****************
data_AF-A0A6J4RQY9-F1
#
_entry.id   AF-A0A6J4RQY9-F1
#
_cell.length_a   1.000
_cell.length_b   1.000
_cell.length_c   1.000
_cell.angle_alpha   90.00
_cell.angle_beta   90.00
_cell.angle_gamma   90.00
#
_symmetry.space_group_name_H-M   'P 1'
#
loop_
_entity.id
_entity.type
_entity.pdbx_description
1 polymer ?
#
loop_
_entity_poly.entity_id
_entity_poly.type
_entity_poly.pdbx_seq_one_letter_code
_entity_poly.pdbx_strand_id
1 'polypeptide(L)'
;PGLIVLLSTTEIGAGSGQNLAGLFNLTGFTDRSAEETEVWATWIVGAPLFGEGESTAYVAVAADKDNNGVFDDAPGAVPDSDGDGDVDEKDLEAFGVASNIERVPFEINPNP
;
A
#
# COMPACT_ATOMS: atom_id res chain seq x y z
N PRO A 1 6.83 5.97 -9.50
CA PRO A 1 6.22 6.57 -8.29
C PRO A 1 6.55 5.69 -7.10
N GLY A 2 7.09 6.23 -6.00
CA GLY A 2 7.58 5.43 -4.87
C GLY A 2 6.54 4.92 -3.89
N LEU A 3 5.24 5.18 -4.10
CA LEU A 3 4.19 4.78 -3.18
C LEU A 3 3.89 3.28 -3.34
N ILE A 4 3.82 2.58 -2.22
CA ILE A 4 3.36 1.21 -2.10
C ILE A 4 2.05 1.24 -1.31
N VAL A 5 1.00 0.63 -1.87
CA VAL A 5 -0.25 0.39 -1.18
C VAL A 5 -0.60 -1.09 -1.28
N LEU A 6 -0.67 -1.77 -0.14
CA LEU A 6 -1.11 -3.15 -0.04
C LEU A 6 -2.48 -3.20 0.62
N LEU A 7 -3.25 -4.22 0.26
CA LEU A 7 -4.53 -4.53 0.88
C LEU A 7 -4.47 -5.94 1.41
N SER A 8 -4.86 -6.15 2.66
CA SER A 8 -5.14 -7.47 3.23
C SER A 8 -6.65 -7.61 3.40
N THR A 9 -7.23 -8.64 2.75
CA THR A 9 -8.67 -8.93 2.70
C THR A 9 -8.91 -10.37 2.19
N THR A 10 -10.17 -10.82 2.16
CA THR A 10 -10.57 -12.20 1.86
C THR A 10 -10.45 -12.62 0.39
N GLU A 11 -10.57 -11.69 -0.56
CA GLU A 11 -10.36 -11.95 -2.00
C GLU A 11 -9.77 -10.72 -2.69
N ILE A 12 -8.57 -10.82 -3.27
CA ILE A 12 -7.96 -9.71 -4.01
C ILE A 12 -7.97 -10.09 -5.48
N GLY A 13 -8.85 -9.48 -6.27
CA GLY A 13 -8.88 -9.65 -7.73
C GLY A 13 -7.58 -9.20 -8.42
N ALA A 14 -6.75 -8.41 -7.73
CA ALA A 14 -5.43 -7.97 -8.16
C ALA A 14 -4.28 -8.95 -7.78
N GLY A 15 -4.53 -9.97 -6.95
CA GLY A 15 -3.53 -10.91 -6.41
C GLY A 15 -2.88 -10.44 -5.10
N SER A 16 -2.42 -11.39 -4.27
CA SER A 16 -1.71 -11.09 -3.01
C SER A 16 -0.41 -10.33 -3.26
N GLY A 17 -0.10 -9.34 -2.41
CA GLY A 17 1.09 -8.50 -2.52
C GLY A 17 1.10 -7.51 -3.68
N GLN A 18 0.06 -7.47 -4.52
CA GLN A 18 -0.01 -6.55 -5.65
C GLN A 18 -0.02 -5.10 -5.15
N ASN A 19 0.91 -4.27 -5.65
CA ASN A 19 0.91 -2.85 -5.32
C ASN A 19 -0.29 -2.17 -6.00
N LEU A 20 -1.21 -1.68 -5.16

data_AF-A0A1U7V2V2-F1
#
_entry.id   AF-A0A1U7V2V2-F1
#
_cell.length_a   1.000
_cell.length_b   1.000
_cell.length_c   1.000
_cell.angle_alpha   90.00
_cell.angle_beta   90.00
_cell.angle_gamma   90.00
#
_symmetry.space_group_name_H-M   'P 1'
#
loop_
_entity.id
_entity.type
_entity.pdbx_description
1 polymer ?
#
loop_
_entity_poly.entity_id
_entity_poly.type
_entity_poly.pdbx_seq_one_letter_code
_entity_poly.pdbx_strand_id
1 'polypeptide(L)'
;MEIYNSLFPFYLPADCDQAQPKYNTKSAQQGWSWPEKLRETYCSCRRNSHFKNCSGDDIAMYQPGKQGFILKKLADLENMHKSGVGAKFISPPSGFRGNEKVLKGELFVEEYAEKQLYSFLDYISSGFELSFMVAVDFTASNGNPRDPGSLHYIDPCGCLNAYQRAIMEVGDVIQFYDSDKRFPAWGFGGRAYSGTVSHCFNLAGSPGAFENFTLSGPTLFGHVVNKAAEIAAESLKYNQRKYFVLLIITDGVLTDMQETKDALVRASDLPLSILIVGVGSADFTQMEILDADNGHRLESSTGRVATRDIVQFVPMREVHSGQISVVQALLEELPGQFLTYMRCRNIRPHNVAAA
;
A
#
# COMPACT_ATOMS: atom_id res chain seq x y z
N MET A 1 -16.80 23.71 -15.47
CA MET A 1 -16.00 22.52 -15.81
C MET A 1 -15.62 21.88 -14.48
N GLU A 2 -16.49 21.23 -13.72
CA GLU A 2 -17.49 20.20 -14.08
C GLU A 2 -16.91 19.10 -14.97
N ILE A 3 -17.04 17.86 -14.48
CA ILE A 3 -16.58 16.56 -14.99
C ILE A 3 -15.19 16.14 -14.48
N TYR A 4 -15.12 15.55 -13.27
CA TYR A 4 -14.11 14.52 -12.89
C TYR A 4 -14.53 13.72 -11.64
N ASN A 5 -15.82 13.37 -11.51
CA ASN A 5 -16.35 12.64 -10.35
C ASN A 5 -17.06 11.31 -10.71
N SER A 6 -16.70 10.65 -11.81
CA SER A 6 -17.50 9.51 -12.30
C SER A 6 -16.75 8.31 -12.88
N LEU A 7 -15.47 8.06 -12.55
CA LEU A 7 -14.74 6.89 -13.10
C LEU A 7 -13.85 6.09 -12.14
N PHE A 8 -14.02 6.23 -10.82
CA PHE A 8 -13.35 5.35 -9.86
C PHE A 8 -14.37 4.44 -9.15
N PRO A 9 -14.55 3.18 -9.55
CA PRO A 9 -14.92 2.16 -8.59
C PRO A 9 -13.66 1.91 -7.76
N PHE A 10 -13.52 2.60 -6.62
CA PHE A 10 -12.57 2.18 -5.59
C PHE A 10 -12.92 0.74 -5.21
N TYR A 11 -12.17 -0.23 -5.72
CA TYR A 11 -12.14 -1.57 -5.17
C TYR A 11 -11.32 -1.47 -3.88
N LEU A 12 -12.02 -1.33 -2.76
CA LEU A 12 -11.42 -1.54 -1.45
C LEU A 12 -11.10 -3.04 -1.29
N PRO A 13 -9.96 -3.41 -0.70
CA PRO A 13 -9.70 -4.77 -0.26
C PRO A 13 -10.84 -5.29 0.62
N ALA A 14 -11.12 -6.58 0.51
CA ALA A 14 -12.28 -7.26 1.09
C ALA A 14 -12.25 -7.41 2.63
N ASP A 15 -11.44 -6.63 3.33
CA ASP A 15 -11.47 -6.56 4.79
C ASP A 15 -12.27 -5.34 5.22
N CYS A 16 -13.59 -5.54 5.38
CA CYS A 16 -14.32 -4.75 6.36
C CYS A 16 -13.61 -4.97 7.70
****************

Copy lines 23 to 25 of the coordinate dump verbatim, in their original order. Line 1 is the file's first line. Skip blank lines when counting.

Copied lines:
_entity_poly.pdbx_seq_one_letter_code
_entity_poly.pdbx_strand_id
1 'polypeptide(L)'